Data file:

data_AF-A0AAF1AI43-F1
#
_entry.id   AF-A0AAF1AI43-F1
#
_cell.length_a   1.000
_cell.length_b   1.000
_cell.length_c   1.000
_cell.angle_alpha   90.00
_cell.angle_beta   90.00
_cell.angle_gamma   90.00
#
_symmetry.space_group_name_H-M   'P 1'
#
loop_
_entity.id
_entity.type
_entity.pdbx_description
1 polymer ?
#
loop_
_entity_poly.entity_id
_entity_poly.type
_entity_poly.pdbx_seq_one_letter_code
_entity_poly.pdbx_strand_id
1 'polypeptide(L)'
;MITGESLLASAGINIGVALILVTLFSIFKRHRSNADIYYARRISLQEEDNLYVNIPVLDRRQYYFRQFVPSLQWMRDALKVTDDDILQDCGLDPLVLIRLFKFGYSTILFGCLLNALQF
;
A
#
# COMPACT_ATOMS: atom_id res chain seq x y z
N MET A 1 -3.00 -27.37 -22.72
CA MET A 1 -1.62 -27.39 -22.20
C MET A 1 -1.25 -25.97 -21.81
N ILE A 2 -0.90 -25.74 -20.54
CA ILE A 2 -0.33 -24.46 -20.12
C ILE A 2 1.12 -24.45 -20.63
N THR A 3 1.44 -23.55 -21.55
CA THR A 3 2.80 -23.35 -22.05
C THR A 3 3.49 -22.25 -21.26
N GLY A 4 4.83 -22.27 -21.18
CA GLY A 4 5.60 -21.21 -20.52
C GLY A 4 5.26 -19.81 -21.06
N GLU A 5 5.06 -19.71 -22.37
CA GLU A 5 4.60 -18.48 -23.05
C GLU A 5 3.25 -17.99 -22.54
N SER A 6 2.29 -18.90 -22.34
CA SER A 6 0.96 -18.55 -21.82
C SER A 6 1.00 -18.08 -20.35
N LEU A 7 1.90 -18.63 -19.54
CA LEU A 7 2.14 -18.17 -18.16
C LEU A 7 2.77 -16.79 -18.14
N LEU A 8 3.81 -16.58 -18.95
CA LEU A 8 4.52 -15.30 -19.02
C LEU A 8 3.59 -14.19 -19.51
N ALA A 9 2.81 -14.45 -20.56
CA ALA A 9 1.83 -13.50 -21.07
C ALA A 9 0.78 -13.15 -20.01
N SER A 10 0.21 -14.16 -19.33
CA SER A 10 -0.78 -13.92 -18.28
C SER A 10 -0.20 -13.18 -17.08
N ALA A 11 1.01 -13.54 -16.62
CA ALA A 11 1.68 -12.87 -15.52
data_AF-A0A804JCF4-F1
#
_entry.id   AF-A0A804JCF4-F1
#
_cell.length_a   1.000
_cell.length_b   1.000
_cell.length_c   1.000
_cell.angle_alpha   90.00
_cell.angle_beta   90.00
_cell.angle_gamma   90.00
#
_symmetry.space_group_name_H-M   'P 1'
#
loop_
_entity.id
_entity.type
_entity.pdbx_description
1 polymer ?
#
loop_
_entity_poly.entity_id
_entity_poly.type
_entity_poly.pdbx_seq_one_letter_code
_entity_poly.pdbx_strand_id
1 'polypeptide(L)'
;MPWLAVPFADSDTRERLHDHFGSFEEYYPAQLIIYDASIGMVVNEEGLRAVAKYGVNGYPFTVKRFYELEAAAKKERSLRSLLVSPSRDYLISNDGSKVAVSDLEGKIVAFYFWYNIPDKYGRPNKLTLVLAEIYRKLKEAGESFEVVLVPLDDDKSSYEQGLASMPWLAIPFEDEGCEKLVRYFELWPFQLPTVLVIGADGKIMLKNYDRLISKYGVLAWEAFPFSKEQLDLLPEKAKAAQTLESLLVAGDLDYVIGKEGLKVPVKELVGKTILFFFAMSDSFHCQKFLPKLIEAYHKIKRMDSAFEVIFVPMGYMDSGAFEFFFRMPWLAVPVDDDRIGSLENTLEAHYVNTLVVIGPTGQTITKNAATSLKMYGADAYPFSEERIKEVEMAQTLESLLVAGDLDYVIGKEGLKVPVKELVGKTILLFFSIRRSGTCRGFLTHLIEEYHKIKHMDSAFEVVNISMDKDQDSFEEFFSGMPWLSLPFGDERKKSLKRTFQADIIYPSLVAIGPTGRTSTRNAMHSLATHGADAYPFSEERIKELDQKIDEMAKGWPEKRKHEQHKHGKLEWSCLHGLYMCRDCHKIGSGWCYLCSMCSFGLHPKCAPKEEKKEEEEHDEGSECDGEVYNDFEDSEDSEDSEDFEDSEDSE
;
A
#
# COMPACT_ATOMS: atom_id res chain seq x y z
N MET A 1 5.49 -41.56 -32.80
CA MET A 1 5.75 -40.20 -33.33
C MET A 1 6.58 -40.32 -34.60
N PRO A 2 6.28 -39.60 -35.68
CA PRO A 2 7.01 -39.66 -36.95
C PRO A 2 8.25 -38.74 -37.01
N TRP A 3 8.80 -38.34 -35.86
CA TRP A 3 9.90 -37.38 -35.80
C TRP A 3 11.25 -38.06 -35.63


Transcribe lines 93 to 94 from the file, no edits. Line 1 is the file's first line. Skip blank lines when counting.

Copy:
N MET A 1 5.49 -41.56 -32.80
CA MET A 1 5.75 -40.20 -33.33